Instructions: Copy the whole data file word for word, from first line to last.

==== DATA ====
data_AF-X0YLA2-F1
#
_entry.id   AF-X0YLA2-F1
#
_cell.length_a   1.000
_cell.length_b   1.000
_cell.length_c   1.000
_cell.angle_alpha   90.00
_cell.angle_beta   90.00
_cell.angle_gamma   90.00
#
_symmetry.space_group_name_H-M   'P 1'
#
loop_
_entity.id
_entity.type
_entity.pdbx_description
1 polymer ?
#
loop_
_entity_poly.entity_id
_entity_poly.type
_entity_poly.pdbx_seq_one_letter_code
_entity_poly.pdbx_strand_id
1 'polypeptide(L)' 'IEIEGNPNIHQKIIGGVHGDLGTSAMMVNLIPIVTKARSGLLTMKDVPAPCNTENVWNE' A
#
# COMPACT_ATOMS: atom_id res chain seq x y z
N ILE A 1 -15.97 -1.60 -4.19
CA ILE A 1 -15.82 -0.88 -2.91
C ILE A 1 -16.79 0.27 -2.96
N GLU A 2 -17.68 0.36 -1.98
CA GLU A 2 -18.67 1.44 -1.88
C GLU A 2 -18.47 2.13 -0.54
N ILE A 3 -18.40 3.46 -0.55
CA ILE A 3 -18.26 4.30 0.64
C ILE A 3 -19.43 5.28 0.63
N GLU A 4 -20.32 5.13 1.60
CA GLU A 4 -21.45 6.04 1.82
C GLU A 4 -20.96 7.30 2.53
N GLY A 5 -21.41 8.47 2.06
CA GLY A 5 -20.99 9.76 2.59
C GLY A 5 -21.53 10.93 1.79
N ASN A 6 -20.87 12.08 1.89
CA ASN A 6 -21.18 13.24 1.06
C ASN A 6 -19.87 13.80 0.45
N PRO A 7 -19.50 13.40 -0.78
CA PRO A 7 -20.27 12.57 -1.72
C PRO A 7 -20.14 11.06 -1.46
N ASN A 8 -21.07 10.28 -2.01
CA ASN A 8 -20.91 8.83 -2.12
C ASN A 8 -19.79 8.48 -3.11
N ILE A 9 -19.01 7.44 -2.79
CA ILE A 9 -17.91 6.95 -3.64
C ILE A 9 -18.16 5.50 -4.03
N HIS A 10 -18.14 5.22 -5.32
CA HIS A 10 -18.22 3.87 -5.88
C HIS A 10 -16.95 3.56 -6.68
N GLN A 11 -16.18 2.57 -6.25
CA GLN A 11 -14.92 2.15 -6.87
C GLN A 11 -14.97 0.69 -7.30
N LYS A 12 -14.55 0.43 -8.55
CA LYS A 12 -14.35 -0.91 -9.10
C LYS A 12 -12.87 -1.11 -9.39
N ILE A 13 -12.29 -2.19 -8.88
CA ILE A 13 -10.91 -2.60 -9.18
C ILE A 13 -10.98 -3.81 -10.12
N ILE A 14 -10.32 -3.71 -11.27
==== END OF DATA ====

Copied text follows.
data_AF-X0YLA2-F1
#
_entry.id   AF-X0YLA2-F1
#
_cell.length_a   1.000
_cell.length_b   1.000
_cell.length_c   1.000
_cell.angle_alpha   90.00
_cell.angle_beta   90.00
_cell.angle_gamma   90.00
#
_symmetry.space_group_name_H-M   'P 1'
#
loop_
_entity.id
_entity.type
_entity.pdbx_description
1 polymer ?
#
loop_
_entity_poly.entity_id
_entity_poly.type
_entity_poly.pdbx_seq_one_letter_code
_entity_poly.pdbx_strand_id
1 'polypeptide(L)' 'IEIEGNPNIHQKIIGGVHGDLGTSAMMVNLIPIVTKARSGLLTMKDVPAPCNTENVWNE' A
#
# COMPACT_ATOMS: atom_id res chain seq x y z
N ILE A 1 -15.97 -1.60 -4.19
CA ILE A 1 -15.82 -0.88 -2.91
C ILE A 1 -16.79 0.27 -2.96
N GLU A 2 -17.68 0.36 -1.98
CA GLU A 2 -18.67 1.44 -1.88
C GLU A 2 -18.47 2.13 -0.54
N ILE A 3 -18.40 3.46 -0.55
CA ILE A 3 -18.26 4.30 0.64
C ILE A 3 -19.43 5.28 0.63
N GLU A 4 -20.32 5.13 1.60
CA GLU A 4 -21.45 6.04 1.82
C GLU A 4 -20.96 7.30 2.53
N GLY A 5 -21.41 8.47 2.06
CA GLY A 5 -20.99 9.76 2.59
C GLY A 5 -21.53 10.93 1.79
N ASN A 6 -20.87 12.08 1.89
CA ASN A 6 -21.18 13.24 1.06
C ASN A 6 -19.87 13.80 0.45
N PRO A 7 -19.50 13.40 -0.78
CA PRO A 7 -20.27 12.57 -1.72
C PRO A 7 -20.14 11.06 -1.46
N ASN A 8 -21.07 10.28 -2.01
CA ASN A 8 -20.91 8.83 -2.12
C ASN A 8 -19.79 8.48 -3.11
N ILE A 9 -19.01 7.44 -2.79
CA ILE A 9 -17.91 6.95 -3.64
C ILE A 9 -18.16 5.50 -4.03
N HIS A 10 -18.14 5.22 -5.32
CA HIS A 10 -18.22 3.87 -5.88
C HIS A 10 -16.95 3.56 -6.68
N GLN A 11 -16.18 2.57 -6.25
CA GLN A 11 -14.92 2.15 -6.87
C GLN A 11 -14.97 0.69 -7.30
N LYS A 12 -14.55 0.43 -8.55
CA LYS A 12 -14.35 -0.91 -9.10
C LYS A 12 -12.87 -1.11 -9.39
N ILE A 13 -12.29 -2.19 -8.88
CA ILE A 13 -10.91 -2.60 -9.18
C ILE A 13 -10.98 -3.81 -10.12
N ILE A 14 -10.32 -3.71 -11.27